December 2020

Dancing in the Mosque

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“Divorce, divorce, divorce.” Homeira Qaderi’s phone screen lit up with these words from her husband, ending their arranged marriage—and her parental rights to their baby son. This heartbreaking act comes not at the beginning of her searing memoir, Dancing in the Mosque: An Afghan Mother’s Letter to Her Son, but near its inevitable conclusion, as a woman who could not conform to the strictures of Taliban-ruled Afghanistan must face the bitter consequences. Her journey from rebellious child to courageous teacher, acclaimed storyteller and, finally, despairing mother feels like a secret that needed to be told. Someday, Qaderi writes to her son, Siawash, from her chosen exile in California, she hopes their story will mean other Afghan mothers will not meet the same fate.

Qaderi’s childhood in Herat, occupied by Russians and later ruled by the Taliban, was fraught with violence. Bullets flew everywhere. Soldiers strode through streets and into homes. Books were forbidden for girls, and her mother “was like a spider trying to safeguard me within her web.” Her grandmother chastised her curiosity and fearlessness, but her father encouraged her. She was still a teenager when she began teaching boys and girls together, a forbidden act. Their classroom was a stifling tent that served as a mosque, and they kept their notebooks hidden in their Qurans lest Taliban soldiers found them learning instead of praying. Risking discovery and death for a few moments of youthful joy, Qaderi once even allowed dancing.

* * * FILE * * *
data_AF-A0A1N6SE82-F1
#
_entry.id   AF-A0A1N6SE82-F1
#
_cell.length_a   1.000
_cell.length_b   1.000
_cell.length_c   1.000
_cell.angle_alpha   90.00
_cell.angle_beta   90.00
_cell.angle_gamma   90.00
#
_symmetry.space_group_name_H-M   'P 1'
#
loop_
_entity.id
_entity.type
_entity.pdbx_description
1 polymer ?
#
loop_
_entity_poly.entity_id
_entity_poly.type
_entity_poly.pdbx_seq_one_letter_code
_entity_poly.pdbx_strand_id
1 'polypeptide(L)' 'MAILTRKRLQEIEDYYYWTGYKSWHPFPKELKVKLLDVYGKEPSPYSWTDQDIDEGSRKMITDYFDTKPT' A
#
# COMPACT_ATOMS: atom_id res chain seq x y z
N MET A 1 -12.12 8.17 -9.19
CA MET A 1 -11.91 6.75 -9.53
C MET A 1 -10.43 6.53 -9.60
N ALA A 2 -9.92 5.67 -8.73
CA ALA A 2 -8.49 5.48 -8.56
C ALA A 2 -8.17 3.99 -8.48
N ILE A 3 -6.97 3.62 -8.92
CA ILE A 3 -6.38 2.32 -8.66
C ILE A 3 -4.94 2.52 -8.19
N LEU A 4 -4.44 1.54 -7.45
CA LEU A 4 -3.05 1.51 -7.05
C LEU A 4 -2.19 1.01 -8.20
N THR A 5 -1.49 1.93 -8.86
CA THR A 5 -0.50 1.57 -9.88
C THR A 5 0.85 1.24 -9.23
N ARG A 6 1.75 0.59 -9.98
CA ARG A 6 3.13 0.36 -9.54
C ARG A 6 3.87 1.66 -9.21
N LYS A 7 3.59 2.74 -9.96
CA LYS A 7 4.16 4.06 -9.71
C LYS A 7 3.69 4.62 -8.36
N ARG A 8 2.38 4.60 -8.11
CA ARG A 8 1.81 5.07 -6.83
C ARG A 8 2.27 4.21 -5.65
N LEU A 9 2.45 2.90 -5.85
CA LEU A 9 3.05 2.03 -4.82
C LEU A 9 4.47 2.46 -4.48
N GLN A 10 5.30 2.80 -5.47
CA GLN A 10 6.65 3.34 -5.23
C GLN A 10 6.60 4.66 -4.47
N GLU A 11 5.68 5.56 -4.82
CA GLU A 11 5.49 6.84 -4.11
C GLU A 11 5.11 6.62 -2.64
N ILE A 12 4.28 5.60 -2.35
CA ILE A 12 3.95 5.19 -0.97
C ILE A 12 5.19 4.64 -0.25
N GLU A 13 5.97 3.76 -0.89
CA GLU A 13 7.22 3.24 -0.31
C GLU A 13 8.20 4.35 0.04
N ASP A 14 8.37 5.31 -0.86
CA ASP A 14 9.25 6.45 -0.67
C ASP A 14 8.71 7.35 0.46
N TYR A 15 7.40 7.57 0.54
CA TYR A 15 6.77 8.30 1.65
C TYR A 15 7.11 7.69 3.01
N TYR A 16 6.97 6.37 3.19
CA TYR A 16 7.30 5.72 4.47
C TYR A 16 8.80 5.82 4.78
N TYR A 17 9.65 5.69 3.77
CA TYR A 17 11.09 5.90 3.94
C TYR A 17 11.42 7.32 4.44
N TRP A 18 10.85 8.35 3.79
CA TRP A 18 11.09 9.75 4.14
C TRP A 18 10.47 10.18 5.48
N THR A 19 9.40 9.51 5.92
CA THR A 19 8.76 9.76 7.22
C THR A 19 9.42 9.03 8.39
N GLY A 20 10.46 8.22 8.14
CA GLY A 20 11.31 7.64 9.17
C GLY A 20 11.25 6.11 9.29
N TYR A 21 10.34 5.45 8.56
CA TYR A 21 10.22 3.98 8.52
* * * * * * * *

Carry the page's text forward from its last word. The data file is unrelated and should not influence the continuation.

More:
Interspersed among grim descriptions of Taliban rule and Qaderi’s heartbroken letters to her lost son are stunning passages describing the austere beauty of her homeland, which she still mourns. Yet her grief begs an even harder question: What does it take for a parent to choose hope for a greater good over their own child?

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